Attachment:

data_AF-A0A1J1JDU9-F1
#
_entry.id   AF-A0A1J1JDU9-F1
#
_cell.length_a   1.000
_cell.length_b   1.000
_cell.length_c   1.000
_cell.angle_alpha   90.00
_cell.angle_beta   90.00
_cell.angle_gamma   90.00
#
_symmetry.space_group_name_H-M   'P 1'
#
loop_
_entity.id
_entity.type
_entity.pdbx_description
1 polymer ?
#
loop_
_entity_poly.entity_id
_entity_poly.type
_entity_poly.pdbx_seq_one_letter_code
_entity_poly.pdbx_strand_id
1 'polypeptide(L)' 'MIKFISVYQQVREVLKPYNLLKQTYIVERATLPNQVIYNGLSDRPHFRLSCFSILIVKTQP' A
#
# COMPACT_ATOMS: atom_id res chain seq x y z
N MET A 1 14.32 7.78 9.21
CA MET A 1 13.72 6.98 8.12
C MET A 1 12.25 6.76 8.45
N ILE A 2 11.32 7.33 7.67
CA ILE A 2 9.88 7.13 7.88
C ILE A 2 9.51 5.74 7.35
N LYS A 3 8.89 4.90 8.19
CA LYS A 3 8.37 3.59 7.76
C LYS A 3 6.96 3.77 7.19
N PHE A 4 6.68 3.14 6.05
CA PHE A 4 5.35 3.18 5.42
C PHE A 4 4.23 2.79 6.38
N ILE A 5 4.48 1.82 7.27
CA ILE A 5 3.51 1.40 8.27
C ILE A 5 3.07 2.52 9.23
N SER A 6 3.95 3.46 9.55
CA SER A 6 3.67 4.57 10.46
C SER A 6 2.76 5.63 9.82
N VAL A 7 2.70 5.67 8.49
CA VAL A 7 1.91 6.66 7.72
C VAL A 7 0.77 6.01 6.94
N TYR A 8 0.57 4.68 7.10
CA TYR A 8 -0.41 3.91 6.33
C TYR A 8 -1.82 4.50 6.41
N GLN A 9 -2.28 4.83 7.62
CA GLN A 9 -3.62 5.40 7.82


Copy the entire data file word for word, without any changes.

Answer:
data_AF-A0A1J1JDU9-F1
#
_entry.id   AF-A0A1J1JDU9-F1
#
_cell.length_a   1.000
_cell.length_b   1.000
_cell.length_c   1.000
_cell.angle_alpha   90.00
_cell.angle_beta   90.00
_cell.angle_gamma   90.00
#
_symmetry.space_group_name_H-M   'P 1'
#
loop_
_entity.id
_entity.type
_entity.pdbx_description
1 polymer ?
#
loop_
_entity_poly.entity_id
_entity_poly.type
_entity_poly.pdbx_seq_one_letter_code
_entity_poly.pdbx_strand_id
1 'polypeptide(L)' 'MIKFISVYQQVREVLKPYNLLKQTYIVERATLPNQVIYNGLSDRPHFRLSCFSILIVKTQP' A
#
# COMPACT_ATOMS: atom_id res chain seq x y z
N MET A 1 14.32 7.78 9.21
CA MET A 1 13.72 6.98 8.12
C MET A 1 12.25 6.76 8.45
N ILE A 2 11.32 7.33 7.67
CA ILE A 2 9.88 7.13 7.88
C ILE A 2 9.51 5.74 7.35
N LYS A 3 8.89 4.90 8.19
CA LYS A 3 8.37 3.59 7.76
C LYS A 3 6.96 3.77 7.19
N PHE A 4 6.68 3.14 6.05
CA PHE A 4 5.35 3.18 5.42
C PHE A 4 4.23 2.79 6.38
N ILE A 5 4.48 1.82 7.27
CA ILE A 5 3.51 1.40 8.27
C ILE A 5 3.07 2.52 9.23
N SER A 6 3.95 3.46 9.55
CA SER A 6 3.67 4.57 10.46
C SER A 6 2.76 5.63 9.82
N VAL A 7 2.70 5.67 8.49
CA VAL A 7 1.91 6.66 7.72
C VAL A 7 0.77 6.01 6.94
N TYR A 8 0.57 4.68 7.10
CA TYR A 8 -0.41 3.91 6.33
C TYR A 8 -1.82 4.50 6.41
N GLN A 9 -2.28 4.83 7.62
CA GLN A 9 -3.62 5.40 7.82